Number 6: Knight
This is the only pure attack deck that managed to enter the top ten. (55 other pure attack decks failed.) Aggro, as this strategy implies, is to quickly overload the opponent with too many threats. But with the dawn of high class defensive systems, aggro has invariably failed to deliver its potential. Knights succeed where the others failed due to its insane concentration of quality.
Let’s start with the weakest knight.
Student of Warfare starts the game as a lowly 1/1, but levels up cheaply to a dangerous 3/3 first striker. Later in the game, it can hit for 8 damage with double strike. The opponent is forced to spend at least one card to rid the Student of Warfare. You don’t have to over-extend by committing more creatures to the board.
The ranks of the knights are superior to most other creatures at their cost. First strike is a significant advantage in combat. Auto-regeneration and indestructible make it hard to kill. Also, there’s power and land boosting effects. This lets knights keep up with midrange enemies.
There’s even an absolutely crushing one-two sequence. Mirran Crusader is a ridiculously powerful attack unit, protected from 2 out of 5 colors. It has double strike. With Elspeth, who can grant temporary flying, it will win in two moves. Without Elspeth, its a five turn clock. It is common practice to force the opponent into wasting their removal on the lesser knights (shown before), so Knights can play the Crusader unopposed.
For breaking stalemates, knights can even the one-man army: Hero of Bladehold. This bad boy (I mean, good boy!) hits for 7 damage on the first attack, from 3 different vectors. And the calvary grows by 2 every turn. Riders of Gavony makes the entire horde unblockable (this is tribal wars, yeah). And also totally immune to their damage.
With this level of power, it is a well deserved sixth place. And an ominous hint of what lies ahead. Five creature types managed to defeat the knights. They must be absolutely terrifying.
- Colors: White
- Nature: Pure Aggro
- Offensive Feats: First strike, double strike, battle cry, combat pumps, flying (temporary), protection
- Defensive Feats: First strike, double strike, protection, automatic regeneration, indestructible
- Speed: Fast
Number 5: Rhino
Rhinos have been covered before – they are siege warfare specialists, able to form a defensive perimeter and slowly chip away at the opponent. The life gain, life drain, and big rhinos are incredible both defence and offence. Rhinos have both card advantage and card quality advantage.
It is quite common for a control deck to have the ‘wrong answer’ in hand. Multi-option spells avoid this. Rhino charms not only dispatch enemy creatures, but have other applications. Duneblast is a knightmare (literally yes) finishing off every opponent on the battlefield, but leaving behind a Rhino to win with.
Breaking the symmetry, Rhinos are not shy to use dark magic for an advantage. Mind Shatter is horrifying versus enemy control or combo. It strips them of their vital cards. Profane Command is yet another multi-option genius, doing 2/4 things at the same time:
- Resurrecting dead rhinos
- Killing a creature
- Making rhinos unblockable
- Killing the opponent
Green Sun’s Zenith is also multi option. Either it brings Dryad Arbor or Birds of Paradise (making mana), or it summons a Rhino.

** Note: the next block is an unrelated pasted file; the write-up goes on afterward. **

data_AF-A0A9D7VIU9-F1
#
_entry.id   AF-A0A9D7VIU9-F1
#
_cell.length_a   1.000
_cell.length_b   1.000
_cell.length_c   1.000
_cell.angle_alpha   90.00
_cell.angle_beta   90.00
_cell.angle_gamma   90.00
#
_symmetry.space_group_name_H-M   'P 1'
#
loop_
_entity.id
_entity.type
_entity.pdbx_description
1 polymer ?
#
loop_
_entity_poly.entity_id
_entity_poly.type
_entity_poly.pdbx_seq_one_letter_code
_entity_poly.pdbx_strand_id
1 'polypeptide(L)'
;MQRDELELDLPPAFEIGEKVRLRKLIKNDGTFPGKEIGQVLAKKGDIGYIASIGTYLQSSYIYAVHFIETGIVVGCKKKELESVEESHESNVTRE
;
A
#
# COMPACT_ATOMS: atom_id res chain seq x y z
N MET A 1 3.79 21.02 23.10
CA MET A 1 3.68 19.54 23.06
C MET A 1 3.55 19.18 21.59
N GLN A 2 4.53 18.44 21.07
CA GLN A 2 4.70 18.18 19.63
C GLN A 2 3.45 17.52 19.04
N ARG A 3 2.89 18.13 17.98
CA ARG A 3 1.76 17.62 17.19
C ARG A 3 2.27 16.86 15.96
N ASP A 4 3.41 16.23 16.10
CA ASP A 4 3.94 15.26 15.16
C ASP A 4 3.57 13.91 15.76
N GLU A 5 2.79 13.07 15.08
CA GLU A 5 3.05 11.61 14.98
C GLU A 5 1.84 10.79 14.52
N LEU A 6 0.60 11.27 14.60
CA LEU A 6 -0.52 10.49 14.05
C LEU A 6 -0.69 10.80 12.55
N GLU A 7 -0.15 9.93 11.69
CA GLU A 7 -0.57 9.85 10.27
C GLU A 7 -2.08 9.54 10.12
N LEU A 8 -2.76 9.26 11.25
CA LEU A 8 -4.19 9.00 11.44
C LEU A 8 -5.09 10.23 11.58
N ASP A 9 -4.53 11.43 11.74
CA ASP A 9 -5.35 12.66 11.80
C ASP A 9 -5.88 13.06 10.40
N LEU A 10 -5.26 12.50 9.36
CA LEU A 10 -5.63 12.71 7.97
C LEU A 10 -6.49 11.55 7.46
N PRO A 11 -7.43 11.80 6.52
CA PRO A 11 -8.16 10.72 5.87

The rhinos themselves are medium power threats, not as big as the Eldrazi or Wurms but definitely bigger than aggro tribes such as Knights. They all gain life which neutralizes “first strike” strategies. Rhinos believe in the “second strike” – survive the initial onslaught, counterattack with stronger forces. They can clearly outclass the knights in battle, except for Mirran Crusader who has protection (which Rhinos will just finish off using Duneblast).
So the match between Rhinos and Knights were quite a sight to behold. Twenty turns later, there were scores of dead knights. The rhinos somehow managed to cling on at 1 to 3 life. But with lifegain, this went back to fifteen soon, and rhinos had the advantage in both size and numbers winning the endgame.
- Colors: Every Color Except Red
- Nature: Midrange Control
- Offensive Feats: Trample, Life loss (repeatable), Fear (temporary)
- Defensive Feats: Exile, Mass Destruction, Reanimate Dead, life gain, destroy Artifact, counter Instant
- Speed: Medium
Number 4: Eldrazi
Marketed as a planet-destroying, world-eating alien race, Eldrazi present a difficulty level from “out of this world”. Any physical contest between Eldrazi and other creatures is only going to end one way. The Eldrazi will annihilate its opponent, the ground it is standing on, several neighboring countries, and also the entire plane.
If it wasn’t for their gargantuan real estate costs, no other opponent could win. But Eldrazi, even with a price tag of 15 mana, can still hit the battlefield as early as Turn 3 (thanks to super ramp spells). So they’re quite fast for their size. A dragon looks like a kitten standing next to Emrakul. An army of knights look like an army of ants.
All Eldrazi can win the game AND take out an army if they just hit twice – so what will we do when there’s infinite numbers of them?
Or when the Eldrazi destroy everything before they annihilate everything else?
This is truly one of the most powerful decks, as long as it doesn’t get disrupted. The only way anyone will have a chance to defeat Eldrazi is to stop the spells from being cast. (Trying to aggro the Eldrazi will not work, because lifegain and walls.) Land or hand removal would give rivals a fighting chance. Cos once the aliens reach the battlefield, it’s over.
Even superman can’t save the world now.
- Colors: Green
- Nature: Ramp Control
- Offensive Feats: Annihilator, Flying, Cannot be Countered, Extra turns, Infinite Eldrazi
- Defensive Feats: Walls, Annihilator, All is Dust, Life Gain
- Speed: Fast, unless disrupted